USAA Adds Voice to Foes of Insurance Referendum

by Sean P. Carr, Insurance News Net

It’s a storytelling axiom that "man bites dog" is more compelling news than "dog bites man." With California’s Proposition 17, there’s a lot to chew on.

Dog bites man: The Association of California Insurance Companies endorsed the ballot measure to allow insurance companies to lower premiums for drivers who have continuously maintained automobile insurance coverage, even if they switch insurers. To proponents, it’s just an extension of loyalty discounts for customers of a single company, which are currently allowed by law.

"It will advance competition and it offers a new discount for consumers," ACIC President Samuel Sorich said.

Man bites dog: To USAA Group, California’s ninth-largest car insurer, the ballot question would harm its client base: members of the U.S. military and their family members. USAA joined consumer groups and other Proposition 17 opponents who argued the discounts for some policyholders would lead to higher rates and surcharges for those with a gap in their driving history — such as military personnel either deployed overseas or living on base with little need for a car., an organization for veterans of Iraq and Afghanistan, also criticized the measure.

"Any rating system that does not take into account the unique circumstances military personnel face in maintaining consistent auto insurance does them a disservice and is not acceptable to us," Michael Mattoch, a former Judge Advocate General and current regional governmental advocate and counsel for USAA, said in a statement.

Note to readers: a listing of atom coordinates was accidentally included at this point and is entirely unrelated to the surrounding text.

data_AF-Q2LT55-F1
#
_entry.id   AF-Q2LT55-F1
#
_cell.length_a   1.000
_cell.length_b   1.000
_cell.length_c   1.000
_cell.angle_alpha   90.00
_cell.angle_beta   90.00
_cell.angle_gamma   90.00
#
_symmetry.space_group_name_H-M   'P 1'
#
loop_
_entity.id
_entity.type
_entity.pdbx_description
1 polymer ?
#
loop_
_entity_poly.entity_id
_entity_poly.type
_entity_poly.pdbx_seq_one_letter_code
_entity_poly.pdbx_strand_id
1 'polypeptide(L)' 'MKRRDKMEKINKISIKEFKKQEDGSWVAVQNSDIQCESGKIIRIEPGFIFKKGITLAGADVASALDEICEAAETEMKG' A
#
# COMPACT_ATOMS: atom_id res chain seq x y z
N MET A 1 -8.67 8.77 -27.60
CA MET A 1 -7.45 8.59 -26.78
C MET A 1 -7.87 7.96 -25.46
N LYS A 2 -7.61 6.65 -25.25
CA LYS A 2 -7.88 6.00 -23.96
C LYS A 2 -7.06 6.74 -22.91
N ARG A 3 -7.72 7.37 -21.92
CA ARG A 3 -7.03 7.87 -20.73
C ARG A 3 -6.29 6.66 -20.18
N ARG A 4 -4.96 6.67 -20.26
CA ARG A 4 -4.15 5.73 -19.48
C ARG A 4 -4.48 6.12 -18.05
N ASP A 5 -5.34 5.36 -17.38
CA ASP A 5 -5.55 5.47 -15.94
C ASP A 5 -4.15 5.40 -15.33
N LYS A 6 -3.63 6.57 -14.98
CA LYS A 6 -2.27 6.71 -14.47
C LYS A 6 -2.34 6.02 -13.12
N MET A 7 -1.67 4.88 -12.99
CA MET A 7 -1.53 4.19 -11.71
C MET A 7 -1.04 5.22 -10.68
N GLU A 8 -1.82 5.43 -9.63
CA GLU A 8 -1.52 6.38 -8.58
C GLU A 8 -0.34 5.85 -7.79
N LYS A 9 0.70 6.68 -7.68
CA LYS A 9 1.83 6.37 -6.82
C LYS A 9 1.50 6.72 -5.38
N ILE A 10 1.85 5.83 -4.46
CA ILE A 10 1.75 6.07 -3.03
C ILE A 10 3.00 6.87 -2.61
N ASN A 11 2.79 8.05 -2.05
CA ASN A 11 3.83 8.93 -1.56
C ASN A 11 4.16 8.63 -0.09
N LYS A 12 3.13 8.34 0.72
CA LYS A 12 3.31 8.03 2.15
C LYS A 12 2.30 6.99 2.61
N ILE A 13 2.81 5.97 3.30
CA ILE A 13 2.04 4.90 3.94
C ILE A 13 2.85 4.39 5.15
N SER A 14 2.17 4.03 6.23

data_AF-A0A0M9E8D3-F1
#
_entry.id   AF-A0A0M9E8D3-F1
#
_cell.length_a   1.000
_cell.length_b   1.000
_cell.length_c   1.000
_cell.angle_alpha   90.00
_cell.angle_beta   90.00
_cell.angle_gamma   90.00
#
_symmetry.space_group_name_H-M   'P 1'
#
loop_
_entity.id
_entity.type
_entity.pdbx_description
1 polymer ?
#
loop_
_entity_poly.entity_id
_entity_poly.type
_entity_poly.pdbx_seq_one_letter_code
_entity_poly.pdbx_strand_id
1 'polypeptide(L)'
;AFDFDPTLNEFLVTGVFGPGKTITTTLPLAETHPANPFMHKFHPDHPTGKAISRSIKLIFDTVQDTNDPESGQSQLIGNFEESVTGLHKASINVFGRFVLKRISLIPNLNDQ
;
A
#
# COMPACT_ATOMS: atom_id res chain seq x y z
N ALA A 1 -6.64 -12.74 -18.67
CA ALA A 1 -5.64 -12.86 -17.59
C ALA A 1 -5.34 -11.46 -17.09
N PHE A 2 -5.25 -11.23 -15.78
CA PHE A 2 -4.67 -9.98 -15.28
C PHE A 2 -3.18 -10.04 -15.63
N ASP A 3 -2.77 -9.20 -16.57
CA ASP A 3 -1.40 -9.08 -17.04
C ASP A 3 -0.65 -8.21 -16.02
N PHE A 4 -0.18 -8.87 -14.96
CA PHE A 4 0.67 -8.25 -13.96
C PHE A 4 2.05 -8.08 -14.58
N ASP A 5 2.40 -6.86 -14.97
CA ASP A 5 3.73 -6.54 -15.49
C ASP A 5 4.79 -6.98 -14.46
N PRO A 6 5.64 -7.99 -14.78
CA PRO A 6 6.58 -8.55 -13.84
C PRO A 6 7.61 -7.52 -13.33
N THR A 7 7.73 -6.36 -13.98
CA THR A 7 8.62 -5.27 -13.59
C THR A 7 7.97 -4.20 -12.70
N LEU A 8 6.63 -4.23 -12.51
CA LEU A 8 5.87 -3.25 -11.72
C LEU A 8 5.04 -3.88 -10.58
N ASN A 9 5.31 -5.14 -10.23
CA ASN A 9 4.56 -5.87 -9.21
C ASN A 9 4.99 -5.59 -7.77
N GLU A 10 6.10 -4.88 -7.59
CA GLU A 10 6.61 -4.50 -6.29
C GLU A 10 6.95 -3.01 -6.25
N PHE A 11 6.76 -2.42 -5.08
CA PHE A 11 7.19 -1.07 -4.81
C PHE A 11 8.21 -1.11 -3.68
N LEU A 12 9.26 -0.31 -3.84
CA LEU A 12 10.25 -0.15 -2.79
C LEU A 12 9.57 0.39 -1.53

Kathy Fairbanks, spokeswoman for Yes on 17 — Californians for Fair Auto Insurance Rates, said that criticism is unfair and cited support from the American GI Forum of California and California Republican Veterans of America. She noted the ballot language includes a provision allowing a 90-day grace period for those who canceled their insurance, including military personnel, and also would allow insurers to extend that period at their discretion.

Yes on 17 is underwritten by Mercury General, the state’s third-largest automobile insurer by market share. While Yes on 17 claims support from a list of nearly 50 business and community organizations, it is almost entirely financed by $3.5 million given by Mercury General — 98% of contributions received to date.

Taking on soldiers, sailors and airmen was probably not in Mercury’s campaign plan. But the company is no stranger to taking heat from consumer groups and insurance regulators.

In a February 2009 filing before an administrative law judge, Department of Insurance attorneys described Mercury in language more often seen in political campaigns, street brawls and family gatherings than in dry court proceedings. "Among department staff, consumer attorneys, and consumer victims of its bad faith, Mercury has a deserved reputation for abusing its customers and intentionally violating the law with arrogance and indifference," they wrote.

Other critics have been equally harsh. According to the Consumer Federation of California, "The Mercury Insurance initiative will legalize a surcharge that is currently illegal, but that Mercury imposed anyhow until it was stopped by the courts five years ago."

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Sorich concedes the Mercury connection complicates the case for Proposition 17. "It is their initiative. But it’s really a side issue, what Mercury has done or not done," he said.

Proposition 17 is on the June 8 primary election ballot. Representatives of Mercury have not responded to requests for comment.